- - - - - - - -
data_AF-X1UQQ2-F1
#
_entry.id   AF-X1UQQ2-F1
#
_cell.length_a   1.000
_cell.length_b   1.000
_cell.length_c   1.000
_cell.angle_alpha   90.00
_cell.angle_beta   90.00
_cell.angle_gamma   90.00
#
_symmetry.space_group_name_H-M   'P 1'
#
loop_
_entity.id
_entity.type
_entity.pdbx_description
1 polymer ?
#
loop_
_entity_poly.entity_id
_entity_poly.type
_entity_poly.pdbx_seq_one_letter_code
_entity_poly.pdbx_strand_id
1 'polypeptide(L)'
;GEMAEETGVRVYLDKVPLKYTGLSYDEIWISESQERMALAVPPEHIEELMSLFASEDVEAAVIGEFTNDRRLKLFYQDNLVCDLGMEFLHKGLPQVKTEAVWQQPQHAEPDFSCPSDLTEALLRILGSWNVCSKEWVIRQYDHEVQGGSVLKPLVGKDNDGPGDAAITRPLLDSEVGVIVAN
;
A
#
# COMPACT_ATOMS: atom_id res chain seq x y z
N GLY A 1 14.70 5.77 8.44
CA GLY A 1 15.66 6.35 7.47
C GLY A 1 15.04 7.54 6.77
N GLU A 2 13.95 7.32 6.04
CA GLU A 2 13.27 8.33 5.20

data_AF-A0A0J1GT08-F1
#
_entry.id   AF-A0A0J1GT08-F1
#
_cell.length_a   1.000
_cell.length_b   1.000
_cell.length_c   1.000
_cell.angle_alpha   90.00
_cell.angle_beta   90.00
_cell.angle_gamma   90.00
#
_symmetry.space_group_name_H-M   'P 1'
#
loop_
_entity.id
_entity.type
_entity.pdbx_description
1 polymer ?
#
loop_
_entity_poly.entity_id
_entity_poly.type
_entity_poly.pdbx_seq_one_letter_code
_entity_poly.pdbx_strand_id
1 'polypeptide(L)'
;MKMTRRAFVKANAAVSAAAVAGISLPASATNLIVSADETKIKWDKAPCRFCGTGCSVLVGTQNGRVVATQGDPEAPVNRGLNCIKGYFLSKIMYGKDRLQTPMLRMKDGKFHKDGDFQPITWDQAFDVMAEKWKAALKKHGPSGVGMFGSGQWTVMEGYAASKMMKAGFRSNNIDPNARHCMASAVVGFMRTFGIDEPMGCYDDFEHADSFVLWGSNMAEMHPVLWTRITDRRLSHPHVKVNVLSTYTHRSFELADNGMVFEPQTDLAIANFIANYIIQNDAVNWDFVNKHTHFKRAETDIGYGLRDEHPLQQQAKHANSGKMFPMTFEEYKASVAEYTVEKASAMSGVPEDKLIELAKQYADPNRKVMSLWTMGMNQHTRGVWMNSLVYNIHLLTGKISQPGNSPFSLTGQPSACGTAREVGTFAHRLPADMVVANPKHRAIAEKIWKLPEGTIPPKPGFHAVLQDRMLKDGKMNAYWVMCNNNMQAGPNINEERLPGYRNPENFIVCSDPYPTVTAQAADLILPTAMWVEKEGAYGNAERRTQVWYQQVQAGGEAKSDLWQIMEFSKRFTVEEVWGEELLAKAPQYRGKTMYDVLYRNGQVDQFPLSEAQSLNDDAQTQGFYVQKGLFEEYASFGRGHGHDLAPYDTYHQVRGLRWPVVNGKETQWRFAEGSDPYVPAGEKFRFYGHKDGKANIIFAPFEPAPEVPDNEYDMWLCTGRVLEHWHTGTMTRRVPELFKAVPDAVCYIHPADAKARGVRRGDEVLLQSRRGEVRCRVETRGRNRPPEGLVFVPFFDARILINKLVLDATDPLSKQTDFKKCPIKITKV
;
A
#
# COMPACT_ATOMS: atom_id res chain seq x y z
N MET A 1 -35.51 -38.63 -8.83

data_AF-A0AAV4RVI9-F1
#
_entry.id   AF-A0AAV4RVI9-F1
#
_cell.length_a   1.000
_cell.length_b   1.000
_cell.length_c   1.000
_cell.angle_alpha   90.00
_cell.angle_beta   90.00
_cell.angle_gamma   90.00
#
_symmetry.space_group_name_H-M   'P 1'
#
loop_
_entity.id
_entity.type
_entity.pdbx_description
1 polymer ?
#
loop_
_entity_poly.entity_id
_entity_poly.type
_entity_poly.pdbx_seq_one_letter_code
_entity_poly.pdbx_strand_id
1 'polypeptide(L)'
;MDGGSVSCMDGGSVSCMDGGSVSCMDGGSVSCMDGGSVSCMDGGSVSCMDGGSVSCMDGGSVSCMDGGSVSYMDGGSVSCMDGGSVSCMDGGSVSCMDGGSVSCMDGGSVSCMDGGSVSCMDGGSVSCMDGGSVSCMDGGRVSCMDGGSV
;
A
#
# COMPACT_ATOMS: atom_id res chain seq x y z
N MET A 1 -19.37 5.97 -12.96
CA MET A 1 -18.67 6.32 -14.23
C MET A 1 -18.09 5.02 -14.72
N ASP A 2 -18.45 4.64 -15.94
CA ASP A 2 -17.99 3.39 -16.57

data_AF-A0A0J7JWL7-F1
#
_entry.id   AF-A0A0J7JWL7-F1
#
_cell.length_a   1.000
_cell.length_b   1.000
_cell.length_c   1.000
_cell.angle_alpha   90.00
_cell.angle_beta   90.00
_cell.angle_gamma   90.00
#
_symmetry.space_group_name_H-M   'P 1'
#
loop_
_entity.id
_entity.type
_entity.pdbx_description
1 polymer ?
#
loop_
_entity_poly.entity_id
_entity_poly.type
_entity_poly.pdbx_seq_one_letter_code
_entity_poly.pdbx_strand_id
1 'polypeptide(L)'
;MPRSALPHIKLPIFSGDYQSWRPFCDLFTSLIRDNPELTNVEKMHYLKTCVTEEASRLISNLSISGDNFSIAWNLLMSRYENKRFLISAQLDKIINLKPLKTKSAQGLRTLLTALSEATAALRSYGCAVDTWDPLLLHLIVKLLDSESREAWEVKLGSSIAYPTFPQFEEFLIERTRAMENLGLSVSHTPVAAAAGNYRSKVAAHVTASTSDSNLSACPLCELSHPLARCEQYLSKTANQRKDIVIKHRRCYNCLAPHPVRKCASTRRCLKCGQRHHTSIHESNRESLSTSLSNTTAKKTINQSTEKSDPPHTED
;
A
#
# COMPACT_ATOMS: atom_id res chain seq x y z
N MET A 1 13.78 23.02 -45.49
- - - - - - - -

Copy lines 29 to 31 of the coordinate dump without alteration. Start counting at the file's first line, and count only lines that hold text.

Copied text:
#
# COMPACT_ATOMS: atom_id res chain seq x y z
N GLY A 1 14.70 5.77 8.44